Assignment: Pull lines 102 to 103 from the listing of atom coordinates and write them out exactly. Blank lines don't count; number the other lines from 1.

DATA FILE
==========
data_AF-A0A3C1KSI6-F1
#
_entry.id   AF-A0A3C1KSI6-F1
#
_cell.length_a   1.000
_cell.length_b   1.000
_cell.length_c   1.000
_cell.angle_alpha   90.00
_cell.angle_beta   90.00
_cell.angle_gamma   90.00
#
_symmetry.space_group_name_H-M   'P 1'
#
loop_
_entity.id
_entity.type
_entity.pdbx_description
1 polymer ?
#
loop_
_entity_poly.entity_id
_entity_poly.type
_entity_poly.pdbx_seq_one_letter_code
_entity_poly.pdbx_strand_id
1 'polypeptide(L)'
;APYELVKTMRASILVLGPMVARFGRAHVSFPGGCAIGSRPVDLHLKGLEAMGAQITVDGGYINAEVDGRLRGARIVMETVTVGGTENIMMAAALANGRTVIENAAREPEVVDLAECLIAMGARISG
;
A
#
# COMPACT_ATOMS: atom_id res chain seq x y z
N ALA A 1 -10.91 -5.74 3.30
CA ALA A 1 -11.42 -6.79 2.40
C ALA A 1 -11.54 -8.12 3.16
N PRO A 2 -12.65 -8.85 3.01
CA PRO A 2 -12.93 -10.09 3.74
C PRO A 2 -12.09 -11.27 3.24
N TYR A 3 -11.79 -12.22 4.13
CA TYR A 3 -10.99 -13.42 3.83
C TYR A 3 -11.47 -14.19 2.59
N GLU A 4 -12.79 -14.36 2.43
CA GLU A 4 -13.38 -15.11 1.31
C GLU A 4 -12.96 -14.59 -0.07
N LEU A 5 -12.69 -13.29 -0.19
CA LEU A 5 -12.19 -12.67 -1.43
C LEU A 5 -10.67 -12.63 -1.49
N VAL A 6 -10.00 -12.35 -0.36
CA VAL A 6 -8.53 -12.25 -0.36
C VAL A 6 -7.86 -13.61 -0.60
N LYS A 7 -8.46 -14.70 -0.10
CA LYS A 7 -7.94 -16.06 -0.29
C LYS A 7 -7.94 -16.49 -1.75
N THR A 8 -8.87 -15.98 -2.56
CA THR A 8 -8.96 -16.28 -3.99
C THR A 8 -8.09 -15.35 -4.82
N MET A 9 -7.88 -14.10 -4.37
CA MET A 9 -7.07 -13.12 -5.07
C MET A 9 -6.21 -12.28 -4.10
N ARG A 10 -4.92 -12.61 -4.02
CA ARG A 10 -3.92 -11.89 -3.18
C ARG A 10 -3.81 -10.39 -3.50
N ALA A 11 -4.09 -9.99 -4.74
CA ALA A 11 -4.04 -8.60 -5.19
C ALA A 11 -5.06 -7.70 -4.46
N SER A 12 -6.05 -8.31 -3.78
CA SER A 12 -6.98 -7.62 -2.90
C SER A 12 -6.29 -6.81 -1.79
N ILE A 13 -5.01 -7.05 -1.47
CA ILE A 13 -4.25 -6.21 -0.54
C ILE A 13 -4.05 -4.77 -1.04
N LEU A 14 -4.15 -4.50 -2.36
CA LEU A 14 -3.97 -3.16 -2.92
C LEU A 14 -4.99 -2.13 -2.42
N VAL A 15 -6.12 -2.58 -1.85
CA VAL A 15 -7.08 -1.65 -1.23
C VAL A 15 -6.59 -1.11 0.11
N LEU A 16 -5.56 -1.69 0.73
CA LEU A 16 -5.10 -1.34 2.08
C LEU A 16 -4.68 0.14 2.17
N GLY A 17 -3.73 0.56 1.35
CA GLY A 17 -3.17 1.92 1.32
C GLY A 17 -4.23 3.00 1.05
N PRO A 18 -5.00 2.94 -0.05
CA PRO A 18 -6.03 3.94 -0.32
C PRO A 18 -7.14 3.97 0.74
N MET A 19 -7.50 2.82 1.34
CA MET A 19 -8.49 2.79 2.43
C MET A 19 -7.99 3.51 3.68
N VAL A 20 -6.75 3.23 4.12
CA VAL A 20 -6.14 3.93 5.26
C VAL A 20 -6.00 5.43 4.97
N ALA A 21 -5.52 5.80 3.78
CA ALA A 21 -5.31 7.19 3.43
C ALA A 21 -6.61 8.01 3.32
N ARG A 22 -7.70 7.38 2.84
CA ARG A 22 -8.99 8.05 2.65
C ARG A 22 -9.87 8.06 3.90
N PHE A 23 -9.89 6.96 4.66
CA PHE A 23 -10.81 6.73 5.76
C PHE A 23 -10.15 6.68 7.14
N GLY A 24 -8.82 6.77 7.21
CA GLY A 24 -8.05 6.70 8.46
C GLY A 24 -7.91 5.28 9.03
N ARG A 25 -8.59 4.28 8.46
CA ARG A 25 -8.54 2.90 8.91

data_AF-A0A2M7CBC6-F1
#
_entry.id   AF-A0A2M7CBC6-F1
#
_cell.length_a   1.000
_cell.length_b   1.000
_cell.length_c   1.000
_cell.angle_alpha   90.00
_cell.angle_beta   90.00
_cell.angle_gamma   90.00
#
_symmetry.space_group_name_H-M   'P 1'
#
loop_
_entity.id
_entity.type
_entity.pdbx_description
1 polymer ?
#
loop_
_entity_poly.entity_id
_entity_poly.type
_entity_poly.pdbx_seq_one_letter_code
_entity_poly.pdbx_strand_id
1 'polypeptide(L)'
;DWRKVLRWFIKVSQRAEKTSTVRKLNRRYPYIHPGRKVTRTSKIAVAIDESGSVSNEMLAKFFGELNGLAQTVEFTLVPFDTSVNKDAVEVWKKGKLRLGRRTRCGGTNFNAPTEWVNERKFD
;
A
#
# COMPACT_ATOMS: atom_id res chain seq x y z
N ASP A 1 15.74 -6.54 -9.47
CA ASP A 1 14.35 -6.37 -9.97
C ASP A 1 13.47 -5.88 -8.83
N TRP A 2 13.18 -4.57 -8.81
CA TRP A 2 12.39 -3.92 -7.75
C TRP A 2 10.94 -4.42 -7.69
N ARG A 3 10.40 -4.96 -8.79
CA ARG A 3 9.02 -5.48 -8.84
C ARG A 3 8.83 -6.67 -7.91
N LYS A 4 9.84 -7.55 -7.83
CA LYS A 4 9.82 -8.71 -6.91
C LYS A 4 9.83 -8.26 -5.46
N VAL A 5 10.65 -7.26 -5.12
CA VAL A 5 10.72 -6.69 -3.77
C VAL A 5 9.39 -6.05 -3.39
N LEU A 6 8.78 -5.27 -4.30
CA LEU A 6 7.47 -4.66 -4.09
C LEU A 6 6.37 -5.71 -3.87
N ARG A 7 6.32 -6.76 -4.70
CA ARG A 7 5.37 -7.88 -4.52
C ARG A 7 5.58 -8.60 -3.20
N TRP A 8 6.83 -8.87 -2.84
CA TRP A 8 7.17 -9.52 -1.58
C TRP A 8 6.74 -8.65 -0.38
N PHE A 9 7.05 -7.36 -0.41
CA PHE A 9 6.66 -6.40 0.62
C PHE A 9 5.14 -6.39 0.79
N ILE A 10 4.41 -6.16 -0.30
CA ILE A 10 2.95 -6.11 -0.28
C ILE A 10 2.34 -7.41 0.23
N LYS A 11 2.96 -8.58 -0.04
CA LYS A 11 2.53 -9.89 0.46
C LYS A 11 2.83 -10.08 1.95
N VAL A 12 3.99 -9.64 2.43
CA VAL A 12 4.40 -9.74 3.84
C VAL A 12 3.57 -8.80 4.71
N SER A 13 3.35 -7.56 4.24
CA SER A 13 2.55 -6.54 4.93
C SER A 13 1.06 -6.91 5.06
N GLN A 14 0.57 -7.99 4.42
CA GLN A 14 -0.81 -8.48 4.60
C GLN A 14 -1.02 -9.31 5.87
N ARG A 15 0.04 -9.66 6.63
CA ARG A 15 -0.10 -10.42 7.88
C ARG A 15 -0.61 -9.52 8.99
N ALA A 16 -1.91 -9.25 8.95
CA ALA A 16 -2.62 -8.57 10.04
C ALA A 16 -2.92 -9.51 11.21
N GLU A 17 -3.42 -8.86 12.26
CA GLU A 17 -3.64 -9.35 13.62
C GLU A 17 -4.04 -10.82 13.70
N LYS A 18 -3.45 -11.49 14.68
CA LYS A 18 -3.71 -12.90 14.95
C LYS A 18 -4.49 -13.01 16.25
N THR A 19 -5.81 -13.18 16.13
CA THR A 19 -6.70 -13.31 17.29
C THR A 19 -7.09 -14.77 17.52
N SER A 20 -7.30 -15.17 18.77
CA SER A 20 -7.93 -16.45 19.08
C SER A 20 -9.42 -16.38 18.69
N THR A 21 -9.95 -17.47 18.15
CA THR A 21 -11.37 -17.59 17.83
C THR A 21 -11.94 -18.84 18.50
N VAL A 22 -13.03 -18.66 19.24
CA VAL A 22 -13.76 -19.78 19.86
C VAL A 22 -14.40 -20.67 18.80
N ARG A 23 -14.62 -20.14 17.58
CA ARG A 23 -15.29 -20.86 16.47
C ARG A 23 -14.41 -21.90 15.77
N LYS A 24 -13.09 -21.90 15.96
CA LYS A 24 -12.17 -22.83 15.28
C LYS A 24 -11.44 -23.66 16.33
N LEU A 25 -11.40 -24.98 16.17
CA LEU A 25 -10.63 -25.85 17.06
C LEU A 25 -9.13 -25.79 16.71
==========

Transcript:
C GLY A 24 -7.91 5.28 9.03
N ARG A 25 -8.59 4.28 8.46